The power is in my archive
Posted on September 29, 2009
Jose Canseco and Mark McGwire pose for a picture as the Bash Brothers in Oakland, California on July 25, 1987. (Photo by Brad Mangin)
If you are reading this story that means you have found my latest website. This new site is the latest evolution of my freelance photography business that has it’s roots way back in 1986 when I was a photojournalism major at San Jose State University. Over the last 23 years I have shot countless great athletes performing in numerous exciting ballgames. I started out shooting color slide film and am now shooting all digital. I have been through many changes over the past 20 plus years, but the biggest evolution that has changed and improved my business has been the Internet.
I started using the Internet in 1994 when I signed up for an AOL account. Websites were very basic as the decade progressed and it was a big deal for a photographer to have a website of any kind. Just being on the web was a big deal, allowing possible clients to see a basic online portfolio. My leap onto the web was facilitated by my good friend Joe Gosen who built my first site in 1999 with Adobe PageMill. Thanks to Joe my site was very successful as it did a great job of housing my online portfolio. This site served me well for many years until technology began to change for the better and the business became more competitive.
By 2006 I had a shiny new website by liveBooks that did a beautiful job of showing off my portfolio, but I needed more to grow my business. Like many other photographers out there I was sitting on a huge volume of images, both analog and digital, that I owned. Sure, some of my stuff was scattered across many different stock agencies, but the arrival of new Internet companies like PhotoShelter opened up a world of new possibilities. Should a website do more than show off a portfolio like on online dig me tray? The answer that I learned rather quickly, with some prodding of my good friend Grover Sanschagrin was a resounding YES!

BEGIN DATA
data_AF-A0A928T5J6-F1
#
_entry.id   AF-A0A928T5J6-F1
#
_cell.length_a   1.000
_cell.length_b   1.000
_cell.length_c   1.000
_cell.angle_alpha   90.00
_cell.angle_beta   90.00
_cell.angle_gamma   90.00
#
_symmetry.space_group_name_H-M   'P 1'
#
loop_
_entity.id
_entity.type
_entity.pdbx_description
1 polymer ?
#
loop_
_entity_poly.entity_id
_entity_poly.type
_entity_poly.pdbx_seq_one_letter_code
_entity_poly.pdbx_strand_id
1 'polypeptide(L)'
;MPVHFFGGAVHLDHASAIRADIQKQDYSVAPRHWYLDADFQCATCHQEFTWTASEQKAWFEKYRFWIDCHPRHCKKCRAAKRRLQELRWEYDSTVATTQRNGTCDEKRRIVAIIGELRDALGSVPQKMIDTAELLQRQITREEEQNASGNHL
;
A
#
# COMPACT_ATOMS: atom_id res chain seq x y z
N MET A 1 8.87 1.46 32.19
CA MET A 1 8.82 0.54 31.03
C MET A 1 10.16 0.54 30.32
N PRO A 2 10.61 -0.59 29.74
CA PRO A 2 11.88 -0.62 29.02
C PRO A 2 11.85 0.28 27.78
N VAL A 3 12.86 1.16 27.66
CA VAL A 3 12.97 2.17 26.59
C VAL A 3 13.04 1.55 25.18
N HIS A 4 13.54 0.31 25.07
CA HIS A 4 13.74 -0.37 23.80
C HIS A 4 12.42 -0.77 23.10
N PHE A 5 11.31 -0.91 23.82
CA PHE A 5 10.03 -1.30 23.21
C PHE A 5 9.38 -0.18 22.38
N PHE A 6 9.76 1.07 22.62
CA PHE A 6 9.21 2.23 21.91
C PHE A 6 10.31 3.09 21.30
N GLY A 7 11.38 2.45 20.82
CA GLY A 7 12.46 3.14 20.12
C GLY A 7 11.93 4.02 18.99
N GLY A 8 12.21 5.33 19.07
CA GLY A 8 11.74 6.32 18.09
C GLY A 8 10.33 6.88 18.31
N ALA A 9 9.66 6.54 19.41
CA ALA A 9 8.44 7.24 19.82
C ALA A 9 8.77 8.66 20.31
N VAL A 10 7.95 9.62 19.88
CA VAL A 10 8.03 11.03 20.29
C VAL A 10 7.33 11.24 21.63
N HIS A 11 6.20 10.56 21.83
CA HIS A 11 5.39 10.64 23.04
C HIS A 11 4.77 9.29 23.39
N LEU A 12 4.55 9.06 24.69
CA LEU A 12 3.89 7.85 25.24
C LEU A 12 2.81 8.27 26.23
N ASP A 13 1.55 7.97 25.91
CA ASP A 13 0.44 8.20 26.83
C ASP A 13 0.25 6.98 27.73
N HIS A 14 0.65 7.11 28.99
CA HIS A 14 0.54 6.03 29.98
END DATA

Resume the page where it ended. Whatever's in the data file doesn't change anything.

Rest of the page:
It was now possible for me to add a searchable online archive of my stock images to my own website, allowing me to license images to editorial clients who were seeking unique content they could not get from the usual agencies. Luckily I owned most of everything I had ever shot, so I had thousands of images that I needed to get online. I spent one awful winter editing and captioning over 240 baseball games shot over a three year period. I needed to come up with a new workflow so I would stay up to date and edit and caption each game immediately so I would not fall behind.
After I got all caught up with my digital files the next thing I needed to do was dive into my chrome library and get a bunch of those images scanned, captioned and uploaded into my ever-growing archive. In the past few years I have had over 5,000 chromes and a few hundred negatives scanned into 50 megabyte TIFF files for my online archive. The more stuff I put up on my archive the cooler it gets! As of now I have over 33,000 images seachable from my site and that number grows almost every day.
Being an independent photographer with a powerful stock library online is a very liberating thing. These are my pictures. No one can ever take them away from me. More and more clients are coming to me for unique images as they start moving away from the larger stock agencies.
If you are a freelance photographer who owns their copyright and you do not license images through an online archive built into your website you are a moron, plain and simple. The business really sucks out there now. You need to do everything you can to separate yourself from the pack. In the future more and more image buyers will be coming to independent photographers who are easy to deal with and have a searchable online stock library. As this change comes I will be ready for them. Will you?